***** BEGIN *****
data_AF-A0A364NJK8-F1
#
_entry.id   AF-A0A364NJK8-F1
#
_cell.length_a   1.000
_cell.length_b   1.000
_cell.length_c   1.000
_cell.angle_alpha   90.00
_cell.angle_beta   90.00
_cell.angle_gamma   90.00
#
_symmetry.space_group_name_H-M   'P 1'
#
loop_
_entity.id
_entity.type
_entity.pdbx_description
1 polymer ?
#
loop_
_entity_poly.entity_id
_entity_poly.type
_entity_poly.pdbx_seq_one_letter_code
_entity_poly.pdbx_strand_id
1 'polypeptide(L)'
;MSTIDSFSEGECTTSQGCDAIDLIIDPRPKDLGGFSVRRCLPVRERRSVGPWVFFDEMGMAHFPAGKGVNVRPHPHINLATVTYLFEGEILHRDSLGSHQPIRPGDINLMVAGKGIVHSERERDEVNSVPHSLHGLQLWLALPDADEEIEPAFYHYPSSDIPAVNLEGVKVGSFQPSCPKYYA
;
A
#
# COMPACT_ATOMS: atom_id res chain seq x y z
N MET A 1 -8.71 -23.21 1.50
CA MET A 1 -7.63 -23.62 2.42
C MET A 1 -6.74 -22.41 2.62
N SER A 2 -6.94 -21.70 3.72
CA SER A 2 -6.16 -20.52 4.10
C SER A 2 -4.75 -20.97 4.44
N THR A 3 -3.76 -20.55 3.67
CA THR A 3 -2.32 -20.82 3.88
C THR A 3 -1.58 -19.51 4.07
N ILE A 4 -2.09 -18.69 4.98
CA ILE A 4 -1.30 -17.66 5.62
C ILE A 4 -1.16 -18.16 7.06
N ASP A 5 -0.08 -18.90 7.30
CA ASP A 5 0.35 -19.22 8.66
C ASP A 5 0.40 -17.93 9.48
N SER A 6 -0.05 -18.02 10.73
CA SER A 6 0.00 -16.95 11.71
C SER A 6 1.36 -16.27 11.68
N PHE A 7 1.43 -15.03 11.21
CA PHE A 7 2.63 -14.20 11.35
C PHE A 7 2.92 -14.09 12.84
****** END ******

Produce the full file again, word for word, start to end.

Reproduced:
data_AF-A0A364NJK8-F1
#
_entry.id   AF-A0A364NJK8-F1
#
_cell.length_a   1.000
_cell.length_b   1.000
_cell.length_c   1.000
_cell.angle_alpha   90.00
_cell.angle_beta   90.00
_cell.angle_gamma   90.00
#
_symmetry.space_group_name_H-M   'P 1'
#
loop_
_entity.id
_entity.type
_entity.pdbx_description
1 polymer ?
#
loop_
_entity_poly.entity_id
_entity_poly.type
_entity_poly.pdbx_seq_one_letter_code
_entity_poly.pdbx_strand_id
1 'polypeptide(L)'
;MSTIDSFSEGECTTSQGCDAIDLIIDPRPKDLGGFSVRRCLPVRERRSVGPWVFFDEMGMAHFPAGKGVNVRPHPHINLATVTYLFEGEILHRDSLGSHQPIRPGDINLMVAGKGIVHSERERDEVNSVPHSLHGLQLWLALPDADEEIEPAFYHYPSSDIPAVNLEGVKVGSFQPSCPKYYA
;
A
#
# COMPACT_ATOMS: atom_id res chain seq x y z
N MET A 1 -8.71 -23.21 1.50
CA MET A 1 -7.63 -23.62 2.42
C MET A 1 -6.74 -22.41 2.62
N SER A 2 -6.94 -21.70 3.72
CA SER A 2 -6.16 -20.52 4.10
C SER A 2 -4.75 -20.97 4.44
N THR A 3 -3.76 -20.55 3.67
CA THR A 3 -2.32 -20.82 3.88
C THR A 3 -1.58 -19.51 4.07
N ILE A 4 -2.09 -18.69 4.98
CA ILE A 4 -1.30 -17.66 5.62
C ILE A 4 -1.16 -18.16 7.06
N ASP A 5 -0.08 -18.90 7.30
CA ASP A 5 0.35 -19.22 8.66
C ASP A 5 0.40 -17.93 9.48
N SER A 6 -0.05 -18.02 10.73
CA SER A 6 0.00 -16.95 11.71
C SER A 6 1.36 -16.27 11.68
N PHE A 7 1.43 -15.03 11.21
CA PHE A 7 2.63 -14.20 11.35
C PHE A 7 2.92 -14.09 12.84